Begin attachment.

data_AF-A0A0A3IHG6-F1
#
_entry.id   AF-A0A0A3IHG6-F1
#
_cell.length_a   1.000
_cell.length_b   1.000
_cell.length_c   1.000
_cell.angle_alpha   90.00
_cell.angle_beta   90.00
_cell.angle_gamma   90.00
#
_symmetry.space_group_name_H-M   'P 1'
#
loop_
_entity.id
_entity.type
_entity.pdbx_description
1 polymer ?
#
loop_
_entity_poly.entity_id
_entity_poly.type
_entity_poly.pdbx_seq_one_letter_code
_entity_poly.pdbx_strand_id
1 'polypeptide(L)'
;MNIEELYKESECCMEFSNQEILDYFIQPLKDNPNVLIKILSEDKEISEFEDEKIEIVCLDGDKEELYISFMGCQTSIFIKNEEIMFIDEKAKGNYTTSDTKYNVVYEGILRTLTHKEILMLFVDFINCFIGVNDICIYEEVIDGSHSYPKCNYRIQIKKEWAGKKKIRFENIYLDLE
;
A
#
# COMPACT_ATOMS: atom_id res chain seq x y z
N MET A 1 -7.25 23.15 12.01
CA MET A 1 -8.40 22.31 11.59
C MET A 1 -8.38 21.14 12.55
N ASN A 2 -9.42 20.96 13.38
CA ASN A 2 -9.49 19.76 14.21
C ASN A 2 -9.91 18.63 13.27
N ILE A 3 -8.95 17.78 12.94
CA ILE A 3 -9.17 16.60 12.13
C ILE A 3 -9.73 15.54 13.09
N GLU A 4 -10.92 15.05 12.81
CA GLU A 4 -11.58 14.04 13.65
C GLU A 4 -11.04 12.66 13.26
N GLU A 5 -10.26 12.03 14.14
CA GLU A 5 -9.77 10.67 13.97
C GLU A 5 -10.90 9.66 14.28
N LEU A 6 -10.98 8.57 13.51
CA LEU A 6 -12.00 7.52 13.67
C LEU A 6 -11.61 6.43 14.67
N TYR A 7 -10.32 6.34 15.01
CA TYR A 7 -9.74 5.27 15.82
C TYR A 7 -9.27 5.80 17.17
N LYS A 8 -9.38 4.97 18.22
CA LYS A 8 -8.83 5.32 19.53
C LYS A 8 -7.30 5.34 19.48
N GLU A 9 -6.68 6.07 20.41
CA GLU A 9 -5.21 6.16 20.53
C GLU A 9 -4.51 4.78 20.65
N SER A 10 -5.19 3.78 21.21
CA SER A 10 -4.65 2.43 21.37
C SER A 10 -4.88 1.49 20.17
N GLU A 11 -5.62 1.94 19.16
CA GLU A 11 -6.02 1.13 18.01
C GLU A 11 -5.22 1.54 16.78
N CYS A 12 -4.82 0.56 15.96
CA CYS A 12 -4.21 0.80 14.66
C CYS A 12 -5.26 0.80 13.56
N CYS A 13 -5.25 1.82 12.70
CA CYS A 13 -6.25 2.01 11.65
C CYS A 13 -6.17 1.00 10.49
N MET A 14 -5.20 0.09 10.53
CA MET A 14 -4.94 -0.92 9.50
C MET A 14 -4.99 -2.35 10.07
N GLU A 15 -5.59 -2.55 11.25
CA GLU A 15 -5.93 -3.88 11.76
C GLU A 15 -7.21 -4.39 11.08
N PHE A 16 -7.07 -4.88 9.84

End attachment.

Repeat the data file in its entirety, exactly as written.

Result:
data_AF-A0A0A3IHG6-F1
#
_entry.id   AF-A0A0A3IHG6-F1
#
_cell.length_a   1.000
_cell.length_b   1.000
_cell.length_c   1.000
_cell.angle_alpha   90.00
_cell.angle_beta   90.00
_cell.angle_gamma   90.00
#
_symmetry.space_group_name_H-M   'P 1'
#
loop_
_entity.id
_entity.type
_entity.pdbx_description
1 polymer ?
#
loop_
_entity_poly.entity_id
_entity_poly.type
_entity_poly.pdbx_seq_one_letter_code
_entity_poly.pdbx_strand_id
1 'polypeptide(L)'
;MNIEELYKESECCMEFSNQEILDYFIQPLKDNPNVLIKILSEDKEISEFEDEKIEIVCLDGDKEELYISFMGCQTSIFIKNEEIMFIDEKAKGNYTTSDTKYNVVYEGILRTLTHKEILMLFVDFINCFIGVNDICIYEEVIDGSHSYPKCNYRIQIKKEWAGKKKIRFENIYLDLE
;
A
#
# COMPACT_ATOMS: atom_id res chain seq x y z
N MET A 1 -7.25 23.15 12.01
CA MET A 1 -8.40 22.31 11.59
C MET A 1 -8.38 21.14 12.55
N ASN A 2 -9.42 20.96 13.38
CA ASN A 2 -9.49 19.76 14.21
C ASN A 2 -9.91 18.63 13.27
N ILE A 3 -8.95 17.78 12.94
CA ILE A 3 -9.17 16.60 12.13
C ILE A 3 -9.73 15.54 13.09
N GLU A 4 -10.92 15.05 12.81
CA GLU A 4 -11.58 14.04 13.65
C GLU A 4 -11.04 12.66 13.26
N GLU A 5 -10.26 12.03 14.14
CA GLU A 5 -9.77 10.67 13.97
C GLU A 5 -10.90 9.66 14.28
N LEU A 6 -10.98 8.57 13.51
CA LEU A 6 -12.00 7.52 13.67
C LEU A 6 -11.61 6.43 14.67
N TYR A 7 -10.32 6.34 15.01
CA TYR A 7 -9.74 5.27 15.82
C TYR A 7 -9.27 5.80 17.17
N LYS A 8 -9.38 4.97 18.22
CA LYS A 8 -8.83 5.32 19.53
C LYS A 8 -7.30 5.34 19.48
N GLU A 9 -6.68 6.07 20.41
CA GLU A 9 -5.21 6.16 20.53
C GLU A 9 -4.51 4.78 20.65
N SER A 10 -5.19 3.78 21.21
CA SER A 10 -4.65 2.43 21.37
C SER A 10 -4.88 1.49 20.17
N GLU A 11 -5.62 1.94 19.16
CA GLU A 11 -6.02 1.13 18.01
C GLU A 11 -5.22 1.54 16.78
N CYS A 12 -4.82 0.56 15.96
CA CYS A 12 -4.21 0.80 14.66
C CYS A 12 -5.26 0.80 13.56
N CYS A 13 -5.25 1.82 12.70
CA CYS A 13 -6.25 2.01 11.65
C CYS A 13 -6.17 1.00 10.49
N MET A 14 -5.20 0.09 10.53
CA MET A 14 -4.94 -0.92 9.50
C MET A 14 -4.99 -2.35 10.07
N GLU A 15 -5.59 -2.55 11.25
CA GLU A 15 -5.93 -3.88 11.76
C GLU A 15 -7.21 -4.39 11.08
N PHE A 16 -7.07 -4.88 9.84